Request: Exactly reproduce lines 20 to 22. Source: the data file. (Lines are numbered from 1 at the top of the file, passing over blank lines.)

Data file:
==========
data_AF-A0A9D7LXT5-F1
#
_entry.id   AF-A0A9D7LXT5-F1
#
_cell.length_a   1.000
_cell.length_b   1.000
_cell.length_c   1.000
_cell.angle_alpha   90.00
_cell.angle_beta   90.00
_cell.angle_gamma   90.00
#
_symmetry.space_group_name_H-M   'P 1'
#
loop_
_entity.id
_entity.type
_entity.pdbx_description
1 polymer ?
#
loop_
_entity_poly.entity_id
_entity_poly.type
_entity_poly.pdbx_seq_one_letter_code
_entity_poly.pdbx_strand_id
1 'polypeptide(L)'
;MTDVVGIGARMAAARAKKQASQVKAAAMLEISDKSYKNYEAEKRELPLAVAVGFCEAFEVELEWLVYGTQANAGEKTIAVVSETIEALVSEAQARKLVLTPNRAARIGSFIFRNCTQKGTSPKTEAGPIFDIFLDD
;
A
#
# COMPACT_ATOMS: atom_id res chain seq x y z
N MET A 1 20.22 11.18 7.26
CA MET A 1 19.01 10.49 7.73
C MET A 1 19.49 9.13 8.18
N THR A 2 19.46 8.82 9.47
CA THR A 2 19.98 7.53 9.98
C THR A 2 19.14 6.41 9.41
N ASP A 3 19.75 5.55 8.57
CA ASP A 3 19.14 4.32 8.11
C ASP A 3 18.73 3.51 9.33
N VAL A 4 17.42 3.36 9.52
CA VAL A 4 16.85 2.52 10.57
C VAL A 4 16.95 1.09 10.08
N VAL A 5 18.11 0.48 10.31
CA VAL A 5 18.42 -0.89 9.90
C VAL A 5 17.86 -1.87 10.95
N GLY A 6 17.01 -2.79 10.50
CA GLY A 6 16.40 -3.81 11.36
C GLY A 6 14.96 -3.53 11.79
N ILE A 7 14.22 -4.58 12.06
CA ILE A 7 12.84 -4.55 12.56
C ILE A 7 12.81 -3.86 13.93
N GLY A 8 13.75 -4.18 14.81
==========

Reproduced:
loop_
_entity_poly.entity_id
_entity_poly.type